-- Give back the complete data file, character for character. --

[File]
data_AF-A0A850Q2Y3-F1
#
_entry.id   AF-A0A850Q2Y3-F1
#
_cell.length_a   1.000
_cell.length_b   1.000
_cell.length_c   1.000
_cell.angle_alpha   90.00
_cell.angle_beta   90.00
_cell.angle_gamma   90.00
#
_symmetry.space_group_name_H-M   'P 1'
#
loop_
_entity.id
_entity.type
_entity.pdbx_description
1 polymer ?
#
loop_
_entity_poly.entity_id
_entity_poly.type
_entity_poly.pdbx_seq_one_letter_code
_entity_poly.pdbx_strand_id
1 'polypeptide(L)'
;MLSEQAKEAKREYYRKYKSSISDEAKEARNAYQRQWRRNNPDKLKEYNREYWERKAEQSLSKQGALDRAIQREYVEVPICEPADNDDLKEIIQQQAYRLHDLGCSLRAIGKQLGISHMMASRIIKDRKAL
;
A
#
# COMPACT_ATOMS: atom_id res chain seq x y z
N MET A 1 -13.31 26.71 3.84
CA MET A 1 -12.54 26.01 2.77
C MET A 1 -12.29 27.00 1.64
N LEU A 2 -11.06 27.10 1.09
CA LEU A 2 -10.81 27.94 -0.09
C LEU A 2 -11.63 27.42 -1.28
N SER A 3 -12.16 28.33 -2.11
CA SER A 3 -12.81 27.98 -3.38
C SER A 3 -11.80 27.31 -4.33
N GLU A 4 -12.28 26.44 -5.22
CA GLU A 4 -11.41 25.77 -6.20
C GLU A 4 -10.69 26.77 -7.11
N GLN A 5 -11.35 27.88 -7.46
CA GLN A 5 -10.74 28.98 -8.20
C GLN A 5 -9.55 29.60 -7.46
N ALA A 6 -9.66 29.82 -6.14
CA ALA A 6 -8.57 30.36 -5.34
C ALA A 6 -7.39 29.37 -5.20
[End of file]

data_AF-A0A850Q2Y3-F1
#
_entry.id   AF-A0A850Q2Y3-F1
#
_cell.length_a   1.000
_cell.length_b   1.000
_cell.length_c   1.000
_cell.angle_alpha   90.00
_cell.angle_beta   90.00
_cell.angle_gamma   90.00
#
_symmetry.space_group_name_H-M   'P 1'
#
loop_
_entity.id
_entity.type
_entity.pdbx_description
1 polymer ?
#
loop_
_entity_poly.entity_id
_entity_poly.type
_entity_poly.pdbx_seq_one_letter_code
_entity_poly.pdbx_strand_id
1 'polypeptide(L)'
;MLSEQAKEAKREYYRKYKSSISDEAKEARNAYQRQWRRNNPDKLKEYNREYWERKAEQSLSKQGALDRAIQREYVEVPICEPADNDDLKEIIQQQAYRLHDLGCSLRAIGKQLGISHMMASRIIKDRKAL
;
A
#
# COMPACT_ATOMS: atom_id res chain seq x y z
N MET A 1 -13.31 26.71 3.84
CA MET A 1 -12.54 26.01 2.77
C MET A 1 -12.29 27.00 1.64
N LEU A 2 -11.06 27.10 1.09
CA LEU A 2 -10.81 27.94 -0.09
C LEU A 2 -11.63 27.42 -1.28
N SER A 3 -12.16 28.33 -2.11
CA SER A 3 -12.81 27.98 -3.38
C SER A 3 -11.80 27.31 -4.33
N GLU A 4 -12.28 26.44 -5.22
CA GLU A 4 -11.41 25.77 -6.20
C GLU A 4 -10.69 26.77 -7.11
N GLN A 5 -11.35 27.88 -7.46
CA GLN A 5 -10.74 28.98 -8.20
C GLN A 5 -9.55 29.60 -7.46
N ALA A 6 -9.66 29.82 -6.14
CA ALA A 6 -8.57 30.36 -5.34
C ALA A 6 -7.39 29.37 -5.20